Small businesses are exploding on TikTok just because they ask

  • Two companies went viral with their first videos posted on TikTok, and their content is quite similar.
  • Both videos were posted by social media execs who claimed they needed views to avoid trouble with their boss.
  • The videos have been viewed millions of times and garnered a lot of support, but a marketing expert says it’s likely a business tactic.

If you’re a social media manager wondering how to grow your brand’s online audience, recent posts suggest that all it takes is a plea of ​​desperation for your TikTok video to go viral.

Clancy’s Auto Body Shop in the Fort Lauderdale area has amassed 224,000 followers since posting its first TikTok video in February. The clip was created by the company’s social media manager, Joel Velazquez, and has over 24 million views as of Friday.

The viral sensation’s premise was a simple video of the outside of Clancy’s Auto Body Shop with a fun cat filter, but the caption prompted millions to create #ClancysCult in support of the company and Velazquez.

Velazquez’s caption read: “Guys I lied on my resume and got a job on social media at this body shop. Please blow this up so I don’t get fired.” And the internet obliges.

TikTok users took action with comments, likes, follows, and even Google reviews despite never having done business with the body shop.

“I guess I drive 12 hours to get my car fixed, wish me luck,” wrote one commenter on the video.

“Give that person a raise STAT,” said another.

Velazquez’s plea has apparently paid off with internet fame as Clancy’s Auto Body Shop capitalizes on the craze with more online content and merchandise sales.

The Florida body shop isn’t the only small business that’s leaning on the support of its TikTok viewers. On Wednesday, Kansas-based company Dobbins & Letourneau Eye Care shot a similar video that also went viral on the video-sharing app.

This time, Claire – the person who runs the doctor’s office’s TikTok account – used a popular meme of actors Nicolas Cage and Pedro Pascal to explain her predicament at work. According to the clip, her boss asked to see the metrics of the TikTok work account at an upcoming meeting, but Claire had only created the account 12 hours earlier.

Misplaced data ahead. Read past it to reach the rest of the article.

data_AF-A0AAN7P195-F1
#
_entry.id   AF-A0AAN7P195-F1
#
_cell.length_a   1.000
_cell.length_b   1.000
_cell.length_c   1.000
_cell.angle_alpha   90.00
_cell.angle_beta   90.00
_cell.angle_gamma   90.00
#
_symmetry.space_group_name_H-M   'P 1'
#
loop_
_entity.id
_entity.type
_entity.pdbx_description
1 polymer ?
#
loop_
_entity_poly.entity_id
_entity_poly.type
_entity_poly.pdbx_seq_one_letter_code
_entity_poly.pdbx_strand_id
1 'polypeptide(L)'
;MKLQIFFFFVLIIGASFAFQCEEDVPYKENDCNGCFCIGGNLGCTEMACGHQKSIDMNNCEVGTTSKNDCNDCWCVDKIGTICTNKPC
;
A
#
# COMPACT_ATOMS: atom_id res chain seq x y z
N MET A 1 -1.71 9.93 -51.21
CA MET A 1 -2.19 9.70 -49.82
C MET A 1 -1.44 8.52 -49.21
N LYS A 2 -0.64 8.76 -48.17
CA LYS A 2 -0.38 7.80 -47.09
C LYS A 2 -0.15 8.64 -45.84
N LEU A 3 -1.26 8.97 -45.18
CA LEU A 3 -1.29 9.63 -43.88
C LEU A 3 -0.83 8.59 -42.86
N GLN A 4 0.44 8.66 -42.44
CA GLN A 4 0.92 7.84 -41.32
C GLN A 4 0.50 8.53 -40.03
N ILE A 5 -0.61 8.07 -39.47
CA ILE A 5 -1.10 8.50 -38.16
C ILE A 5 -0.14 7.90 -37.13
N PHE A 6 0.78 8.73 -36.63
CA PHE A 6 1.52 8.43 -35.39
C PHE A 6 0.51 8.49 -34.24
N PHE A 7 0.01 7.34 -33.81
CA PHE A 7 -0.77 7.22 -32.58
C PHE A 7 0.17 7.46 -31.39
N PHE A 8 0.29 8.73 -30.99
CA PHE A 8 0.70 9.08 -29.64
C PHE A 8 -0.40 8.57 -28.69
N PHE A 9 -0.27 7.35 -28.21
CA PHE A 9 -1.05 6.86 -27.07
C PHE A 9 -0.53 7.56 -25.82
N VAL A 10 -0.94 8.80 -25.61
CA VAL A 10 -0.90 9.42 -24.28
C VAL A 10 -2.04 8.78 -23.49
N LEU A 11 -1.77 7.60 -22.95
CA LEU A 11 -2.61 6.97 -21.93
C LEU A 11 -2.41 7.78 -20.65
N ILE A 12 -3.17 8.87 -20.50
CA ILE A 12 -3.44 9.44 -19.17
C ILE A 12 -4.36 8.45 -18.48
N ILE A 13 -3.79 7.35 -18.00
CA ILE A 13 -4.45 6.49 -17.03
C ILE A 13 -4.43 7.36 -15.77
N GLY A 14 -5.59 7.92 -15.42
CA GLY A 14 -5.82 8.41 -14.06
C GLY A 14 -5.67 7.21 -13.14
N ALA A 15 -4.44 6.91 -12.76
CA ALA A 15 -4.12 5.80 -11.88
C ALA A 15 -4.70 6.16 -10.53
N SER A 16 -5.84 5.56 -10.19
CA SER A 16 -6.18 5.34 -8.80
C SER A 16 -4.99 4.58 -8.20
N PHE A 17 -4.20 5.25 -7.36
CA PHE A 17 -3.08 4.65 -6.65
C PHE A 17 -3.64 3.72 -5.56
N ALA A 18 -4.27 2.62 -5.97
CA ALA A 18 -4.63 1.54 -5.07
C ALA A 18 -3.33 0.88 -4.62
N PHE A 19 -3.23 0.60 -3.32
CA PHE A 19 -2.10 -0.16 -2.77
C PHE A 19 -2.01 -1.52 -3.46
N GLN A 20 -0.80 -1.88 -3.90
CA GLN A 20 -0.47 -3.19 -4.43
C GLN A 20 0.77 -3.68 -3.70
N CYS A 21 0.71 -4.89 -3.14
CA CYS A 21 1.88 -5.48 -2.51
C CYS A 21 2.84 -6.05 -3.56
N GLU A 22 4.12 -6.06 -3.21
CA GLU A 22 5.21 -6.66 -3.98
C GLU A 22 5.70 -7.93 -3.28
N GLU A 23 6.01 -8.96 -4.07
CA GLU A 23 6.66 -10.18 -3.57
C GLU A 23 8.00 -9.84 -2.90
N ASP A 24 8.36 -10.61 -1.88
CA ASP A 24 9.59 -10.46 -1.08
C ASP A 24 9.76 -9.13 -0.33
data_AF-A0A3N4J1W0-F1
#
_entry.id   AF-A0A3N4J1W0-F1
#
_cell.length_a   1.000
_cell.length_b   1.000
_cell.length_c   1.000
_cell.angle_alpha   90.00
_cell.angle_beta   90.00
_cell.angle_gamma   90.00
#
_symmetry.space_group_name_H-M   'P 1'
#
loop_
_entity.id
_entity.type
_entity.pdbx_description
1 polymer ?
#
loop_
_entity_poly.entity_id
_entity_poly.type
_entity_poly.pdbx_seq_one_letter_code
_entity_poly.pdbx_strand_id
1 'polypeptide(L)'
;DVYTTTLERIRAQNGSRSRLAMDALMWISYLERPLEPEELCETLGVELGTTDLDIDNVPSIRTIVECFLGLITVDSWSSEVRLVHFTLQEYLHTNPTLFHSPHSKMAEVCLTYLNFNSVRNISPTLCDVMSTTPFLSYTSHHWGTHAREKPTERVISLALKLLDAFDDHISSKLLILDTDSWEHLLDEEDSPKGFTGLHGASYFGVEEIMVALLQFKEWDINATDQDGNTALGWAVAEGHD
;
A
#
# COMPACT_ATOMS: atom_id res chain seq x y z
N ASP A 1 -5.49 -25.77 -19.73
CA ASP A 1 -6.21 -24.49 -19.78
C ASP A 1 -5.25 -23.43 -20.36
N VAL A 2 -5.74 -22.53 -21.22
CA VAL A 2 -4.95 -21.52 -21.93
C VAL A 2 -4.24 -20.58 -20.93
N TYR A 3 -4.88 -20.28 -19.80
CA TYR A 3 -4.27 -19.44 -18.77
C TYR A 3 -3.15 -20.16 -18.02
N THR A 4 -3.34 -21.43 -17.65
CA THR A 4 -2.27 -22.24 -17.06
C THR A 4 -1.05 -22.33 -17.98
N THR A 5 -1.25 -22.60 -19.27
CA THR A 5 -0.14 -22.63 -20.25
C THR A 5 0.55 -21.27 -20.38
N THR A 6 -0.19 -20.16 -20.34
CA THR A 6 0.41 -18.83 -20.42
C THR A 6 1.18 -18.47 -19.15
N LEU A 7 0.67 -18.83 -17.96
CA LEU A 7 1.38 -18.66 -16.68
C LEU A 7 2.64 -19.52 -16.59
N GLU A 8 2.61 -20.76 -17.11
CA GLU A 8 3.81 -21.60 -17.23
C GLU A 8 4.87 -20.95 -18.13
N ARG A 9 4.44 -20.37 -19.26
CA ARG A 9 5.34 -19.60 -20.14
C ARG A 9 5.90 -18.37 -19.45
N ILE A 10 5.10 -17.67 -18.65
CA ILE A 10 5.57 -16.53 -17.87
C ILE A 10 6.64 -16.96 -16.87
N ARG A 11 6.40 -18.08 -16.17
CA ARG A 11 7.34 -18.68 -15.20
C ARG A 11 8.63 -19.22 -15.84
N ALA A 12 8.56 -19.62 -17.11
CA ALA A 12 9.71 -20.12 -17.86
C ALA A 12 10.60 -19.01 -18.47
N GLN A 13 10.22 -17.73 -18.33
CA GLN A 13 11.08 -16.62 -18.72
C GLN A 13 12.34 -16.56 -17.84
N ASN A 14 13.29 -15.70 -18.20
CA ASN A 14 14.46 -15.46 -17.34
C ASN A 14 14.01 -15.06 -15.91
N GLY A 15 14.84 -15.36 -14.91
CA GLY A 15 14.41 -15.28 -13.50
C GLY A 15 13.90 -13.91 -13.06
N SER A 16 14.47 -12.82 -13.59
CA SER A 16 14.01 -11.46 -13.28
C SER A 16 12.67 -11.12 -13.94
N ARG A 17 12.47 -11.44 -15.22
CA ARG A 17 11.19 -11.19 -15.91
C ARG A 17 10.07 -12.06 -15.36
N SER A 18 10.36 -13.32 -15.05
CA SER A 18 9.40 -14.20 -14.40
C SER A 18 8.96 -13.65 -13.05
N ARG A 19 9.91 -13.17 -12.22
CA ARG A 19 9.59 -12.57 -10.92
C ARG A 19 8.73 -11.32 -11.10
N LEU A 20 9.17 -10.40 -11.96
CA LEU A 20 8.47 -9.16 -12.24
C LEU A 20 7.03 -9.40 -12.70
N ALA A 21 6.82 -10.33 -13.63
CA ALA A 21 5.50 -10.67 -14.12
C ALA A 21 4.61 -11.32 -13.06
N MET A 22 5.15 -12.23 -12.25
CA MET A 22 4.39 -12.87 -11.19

Although Claire didn’t specifically ask followers to help her save face in the first post, the video had over four million views and almost a million likes as of Friday afternoon. In the following videos, she thanked the now 27,000 followers for their help, which earned her a “wow” from her boss.

“We made it!!!!!! Now it’s time for visual content…or is it,” read a TikTok caption.

Though neither company immediately responded to Insider’s request for comment, 24-year-old Jasmen Perry, an account manager associate with a background in marketing, commented on the clips.

Perry told Insider that she felt the videos were tactics rather than genuine requests because they came directly from each company’s official accounts rather than employees’ personal accounts. The strategy is a way for companies to avoid “being too linear or boring like a TV ad,” she said.

“While they’re fun and great engagement, it’s an easy way to grab the consumer’s attention,” Perry said. “On an app like TikTok, people are looking for more light-hearted content, and businesses need to conform to that.”

She continued, “It’s a good marketing tactic because they understand their consumers and know how to interact with them.”

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